In Our View: Gronwoldt for Pos. 5

Her position on charters gives her edge in Evergreen school board race

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Regardless of the outcome in November’s election, Position 5 on the board for Evergreen Public Schools will remain in good hands. While both candidates are well-informed and capable of being effective board members, The Columbian’s Editorial Board recommends Ginny Gronwoldt for the position.

As always, this is merely a recommendation. We trust that voters in the Evergreen district will examine the issues and the candidates before casting an informed vote. In researching Gronwoldt and opponent Park Llafet, voters will find two candidates with vast community involvement as well as experience within the Evergreen district. Gronwoldt and Llafet are seeking to succeed Michael Parsons, who is retiring.

Gronwoldt, a commercial lending officer, is current president of the Evergreen School District Foundation, which raises donations for the district and assists schools while focusing upon needy areas. She has served with her local parent-teacher association, Educational Opportunities for Children and Families, Leadership Clark County, Junior Achievement, and other civic organizations.

Having two young children in Evergreen schools, Gronwoldt is well-versed on the inner workings of a district that has an annual budget of about $330 million and serves roughly 25,000 students, making it the largest in Clark County. “I wanted to make a bigger impact on the district than I already have with my smaller roles,” she told the editorial board.

Among the issues facing public schools, Gronwoldt opposes school vouchers that would allow public money to be spent for students to attend private schools. The establishment of such vouchers is supported by the Trump administration, and it marks one of the avenues of departure between Gronwoldt and Llafet, who said, “This is a trend that we as a community have to face.”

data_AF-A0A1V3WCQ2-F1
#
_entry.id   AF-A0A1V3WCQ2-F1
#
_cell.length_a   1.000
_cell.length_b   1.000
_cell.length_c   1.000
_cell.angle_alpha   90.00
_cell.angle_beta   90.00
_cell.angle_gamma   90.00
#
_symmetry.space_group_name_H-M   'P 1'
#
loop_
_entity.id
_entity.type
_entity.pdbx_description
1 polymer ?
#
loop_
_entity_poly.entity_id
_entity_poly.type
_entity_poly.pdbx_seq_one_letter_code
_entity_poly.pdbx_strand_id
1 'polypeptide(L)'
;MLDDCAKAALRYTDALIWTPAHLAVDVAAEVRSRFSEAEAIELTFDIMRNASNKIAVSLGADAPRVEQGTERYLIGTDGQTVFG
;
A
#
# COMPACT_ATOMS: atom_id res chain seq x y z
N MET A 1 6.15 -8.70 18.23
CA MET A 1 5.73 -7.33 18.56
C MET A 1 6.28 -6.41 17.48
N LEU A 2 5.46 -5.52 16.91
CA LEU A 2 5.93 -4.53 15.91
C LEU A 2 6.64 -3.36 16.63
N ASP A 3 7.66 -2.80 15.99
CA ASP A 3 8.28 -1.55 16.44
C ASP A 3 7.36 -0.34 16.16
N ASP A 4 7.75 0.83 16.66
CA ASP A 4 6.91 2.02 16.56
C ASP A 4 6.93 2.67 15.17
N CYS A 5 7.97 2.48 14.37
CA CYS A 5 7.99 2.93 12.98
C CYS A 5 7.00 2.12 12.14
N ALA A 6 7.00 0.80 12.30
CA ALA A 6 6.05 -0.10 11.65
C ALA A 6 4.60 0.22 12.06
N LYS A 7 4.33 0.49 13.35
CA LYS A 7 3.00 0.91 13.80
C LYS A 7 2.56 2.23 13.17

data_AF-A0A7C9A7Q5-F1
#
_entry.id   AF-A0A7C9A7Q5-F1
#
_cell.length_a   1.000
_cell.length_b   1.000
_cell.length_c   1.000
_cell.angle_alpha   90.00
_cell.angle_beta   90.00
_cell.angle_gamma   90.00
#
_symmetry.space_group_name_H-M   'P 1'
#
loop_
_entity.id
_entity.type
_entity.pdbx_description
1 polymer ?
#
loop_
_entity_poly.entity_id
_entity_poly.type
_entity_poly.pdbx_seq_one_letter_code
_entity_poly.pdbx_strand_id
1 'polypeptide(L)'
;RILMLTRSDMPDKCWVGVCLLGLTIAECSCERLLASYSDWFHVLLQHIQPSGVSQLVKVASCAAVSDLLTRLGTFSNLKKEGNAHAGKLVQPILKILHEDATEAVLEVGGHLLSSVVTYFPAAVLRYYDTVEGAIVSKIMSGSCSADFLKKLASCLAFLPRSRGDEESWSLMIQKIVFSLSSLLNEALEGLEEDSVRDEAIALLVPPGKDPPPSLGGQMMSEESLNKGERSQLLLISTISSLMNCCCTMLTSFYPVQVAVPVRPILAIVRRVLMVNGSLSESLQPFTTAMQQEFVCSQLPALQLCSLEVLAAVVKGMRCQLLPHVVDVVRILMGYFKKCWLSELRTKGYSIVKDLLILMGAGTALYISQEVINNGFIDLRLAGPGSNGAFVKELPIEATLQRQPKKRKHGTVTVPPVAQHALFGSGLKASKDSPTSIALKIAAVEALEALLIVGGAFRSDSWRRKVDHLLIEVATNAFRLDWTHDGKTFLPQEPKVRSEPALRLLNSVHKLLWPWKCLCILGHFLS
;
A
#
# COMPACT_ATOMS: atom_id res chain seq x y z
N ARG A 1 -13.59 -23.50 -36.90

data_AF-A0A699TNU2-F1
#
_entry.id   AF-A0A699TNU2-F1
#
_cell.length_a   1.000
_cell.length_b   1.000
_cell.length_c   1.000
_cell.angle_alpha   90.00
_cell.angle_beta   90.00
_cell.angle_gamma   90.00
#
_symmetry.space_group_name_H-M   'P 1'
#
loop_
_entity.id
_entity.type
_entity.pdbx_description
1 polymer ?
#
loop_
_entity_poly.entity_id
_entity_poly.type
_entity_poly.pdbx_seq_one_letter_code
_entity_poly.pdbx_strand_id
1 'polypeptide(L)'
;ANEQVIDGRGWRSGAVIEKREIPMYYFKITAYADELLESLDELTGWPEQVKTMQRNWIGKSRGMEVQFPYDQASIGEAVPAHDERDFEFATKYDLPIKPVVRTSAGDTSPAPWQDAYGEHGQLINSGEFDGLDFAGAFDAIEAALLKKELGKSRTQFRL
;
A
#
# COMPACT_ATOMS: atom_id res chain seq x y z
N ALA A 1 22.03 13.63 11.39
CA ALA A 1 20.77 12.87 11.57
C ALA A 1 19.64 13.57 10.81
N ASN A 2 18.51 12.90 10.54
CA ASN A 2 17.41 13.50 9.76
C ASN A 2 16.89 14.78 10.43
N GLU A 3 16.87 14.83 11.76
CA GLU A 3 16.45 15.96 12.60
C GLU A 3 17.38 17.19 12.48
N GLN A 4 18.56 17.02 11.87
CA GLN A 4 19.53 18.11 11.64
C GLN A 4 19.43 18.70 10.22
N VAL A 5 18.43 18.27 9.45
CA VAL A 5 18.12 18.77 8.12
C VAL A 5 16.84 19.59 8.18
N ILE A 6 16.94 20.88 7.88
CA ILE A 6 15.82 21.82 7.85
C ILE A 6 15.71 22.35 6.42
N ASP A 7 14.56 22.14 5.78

Like Gronwoldt, Llafet has extensive community involvement. He has worked for the Evergreen School District Foundation in the past, along with the PTA and neighborhood associations. He has one child who has graduated from Evergreen schools and another in high school.

The Evergreen district has done an effective job of managing growth and incorporating technology into education. But with this year’s Legislature altering public-school funding and with John Steach taking over as Evergreen’s superintendent following the retirement of John Deeder, this is a time of change for the district. In addition, some hard feelings linger from last year’s contentious contract negotiations between district officials and the teachers’ union.

Gronwoldt criticizes the negotiating ploys used by the union, calling them “scare tactics, bullying, not very professional.” Park agrees, saying, “My perception was that the union was strong-arming the community.” School boards are not involved in negotiations with teachers, but the comments provide some insight into Gronwoldt and Park and their visions for public education. At the same time, Gronwoldt expresses empathy for the growing roles of teachers and their ever-increasing duties. “We have definitely more going on in schools than teachers should have to (take care of),” she said.

Gronwoldt and Llafet both are knowledgeable and well-spoken. In the end, we believe that Gronwoldt’s wariness of school vouchers and the fact that she has young children in the Evergreen district give her a slight edge. The Columbian recommends a vote for Ginny Gronwoldt for Position 5 on the board of Evergreen Public Schools.